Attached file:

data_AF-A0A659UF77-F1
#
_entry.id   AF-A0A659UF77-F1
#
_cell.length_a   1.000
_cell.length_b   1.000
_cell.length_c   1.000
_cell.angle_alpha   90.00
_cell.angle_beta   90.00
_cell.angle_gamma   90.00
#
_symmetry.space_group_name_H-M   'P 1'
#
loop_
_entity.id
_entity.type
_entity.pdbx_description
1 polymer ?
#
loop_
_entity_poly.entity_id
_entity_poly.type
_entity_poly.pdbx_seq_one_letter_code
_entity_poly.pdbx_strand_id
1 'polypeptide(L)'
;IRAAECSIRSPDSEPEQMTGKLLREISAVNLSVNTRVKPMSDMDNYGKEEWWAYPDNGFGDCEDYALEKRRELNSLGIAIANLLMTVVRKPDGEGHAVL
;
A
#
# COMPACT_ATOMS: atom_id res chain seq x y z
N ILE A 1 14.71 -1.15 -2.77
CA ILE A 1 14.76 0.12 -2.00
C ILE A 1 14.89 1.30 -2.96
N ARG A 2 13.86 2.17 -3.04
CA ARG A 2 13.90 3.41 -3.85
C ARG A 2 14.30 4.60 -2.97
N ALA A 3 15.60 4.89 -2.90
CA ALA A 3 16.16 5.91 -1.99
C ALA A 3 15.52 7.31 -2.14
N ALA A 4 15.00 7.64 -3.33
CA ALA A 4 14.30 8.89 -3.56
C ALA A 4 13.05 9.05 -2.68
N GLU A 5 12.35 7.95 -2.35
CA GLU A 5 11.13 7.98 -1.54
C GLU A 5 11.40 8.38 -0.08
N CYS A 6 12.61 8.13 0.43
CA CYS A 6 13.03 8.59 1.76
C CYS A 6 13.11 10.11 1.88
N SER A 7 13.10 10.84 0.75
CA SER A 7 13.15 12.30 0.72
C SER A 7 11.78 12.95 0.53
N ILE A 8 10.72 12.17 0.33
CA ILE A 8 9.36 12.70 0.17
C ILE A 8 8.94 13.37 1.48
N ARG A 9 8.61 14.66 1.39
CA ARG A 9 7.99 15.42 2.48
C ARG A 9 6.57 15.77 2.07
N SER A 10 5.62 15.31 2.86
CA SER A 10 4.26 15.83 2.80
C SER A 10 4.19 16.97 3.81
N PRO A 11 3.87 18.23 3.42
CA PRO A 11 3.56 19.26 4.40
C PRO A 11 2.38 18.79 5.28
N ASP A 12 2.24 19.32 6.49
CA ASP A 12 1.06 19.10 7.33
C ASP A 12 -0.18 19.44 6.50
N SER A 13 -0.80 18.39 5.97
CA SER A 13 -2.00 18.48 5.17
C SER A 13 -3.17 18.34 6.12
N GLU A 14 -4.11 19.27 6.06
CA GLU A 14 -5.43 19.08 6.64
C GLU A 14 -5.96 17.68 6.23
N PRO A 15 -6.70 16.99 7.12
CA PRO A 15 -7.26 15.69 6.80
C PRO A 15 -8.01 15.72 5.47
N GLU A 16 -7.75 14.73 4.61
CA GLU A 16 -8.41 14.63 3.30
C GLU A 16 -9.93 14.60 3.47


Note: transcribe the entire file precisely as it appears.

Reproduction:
data_AF-A0A659UF77-F1
#
_entry.id   AF-A0A659UF77-F1
#
_cell.length_a   1.000
_cell.length_b   1.000
_cell.length_c   1.000
_cell.angle_alpha   90.00
_cell.angle_beta   90.00
_cell.angle_gamma   90.00
#
_symmetry.space_group_name_H-M   'P 1'
#
loop_
_entity.id
_entity.type
_entity.pdbx_description
1 polymer ?
#
loop_
_entity_poly.entity_id
_entity_poly.type
_entity_poly.pdbx_seq_one_letter_code
_entity_poly.pdbx_strand_id
1 'polypeptide(L)'
;IRAAECSIRSPDSEPEQMTGKLLREISAVNLSVNTRVKPMSDMDNYGKEEWWAYPDNGFGDCEDYALEKRRELNSLGIAIANLLMTVVRKPDGEGHAVL
;
A
#
# COMPACT_ATOMS: atom_id res chain seq x y z
N ILE A 1 14.71 -1.15 -2.77
CA ILE A 1 14.76 0.12 -2.00
C ILE A 1 14.89 1.30 -2.96
N ARG A 2 13.86 2.17 -3.04
CA ARG A 2 13.90 3.41 -3.85
C ARG A 2 14.30 4.60 -2.97
N ALA A 3 15.60 4.89 -2.90
CA ALA A 3 16.16 5.91 -1.99
C ALA A 3 15.52 7.31 -2.14
N ALA A 4 15.00 7.64 -3.33
CA ALA A 4 14.30 8.89 -3.56
C ALA A 4 13.05 9.05 -2.68
N GLU A 5 12.35 7.95 -2.35
CA GLU A 5 11.13 7.98 -1.54
C GLU A 5 11.40 8.38 -0.08
N CYS A 6 12.61 8.13 0.43
CA CYS A 6 13.03 8.59 1.76
C CYS A 6 13.11 10.11 1.88
N SER A 7 13.10 10.84 0.75
CA SER A 7 13.15 12.30 0.72
C SER A 7 11.78 12.95 0.53
N ILE A 8 10.72 12.17 0.33
CA ILE A 8 9.36 12.70 0.17
C ILE A 8 8.94 13.37 1.48
N ARG A 9 8.61 14.66 1.39
CA ARG A 9 7.99 15.42 2.48
C ARG A 9 6.57 15.77 2.07
N SER A 10 5.62 15.31 2.86
CA SER A 10 4.26 15.83 2.80
C SER A 10 4.19 16.97 3.81
N PRO A 11 3.87 18.23 3.42
CA PRO A 11 3.56 19.26 4.40
C PRO A 11 2.38 18.79 5.28
N ASP A 12 2.24 19.32 6.49
CA ASP A 12 1.06 19.10 7.33
C ASP A 12 -0.18 19.44 6.50
N SER A 13 -0.80 18.39 5.97
CA SER A 13 -2.00 18.48 5.17
C SER A 13 -3.17 18.34 6.12
N GLU A 14 -4.11 19.27 6.06
CA GLU A 14 -5.43 19.08 6.64
C GLU A 14 -5.96 17.68 6.23
N PRO A 15 -6.70 16.99 7.12
CA PRO A 15 -7.26 15.69 6.80
C PRO A 15 -8.01 15.72 5.47
N GLU A 16 -7.75 14.73 4.61
CA GLU A 16 -8.41 14.63 3.30
C GLU A 16 -9.93 14.60 3.47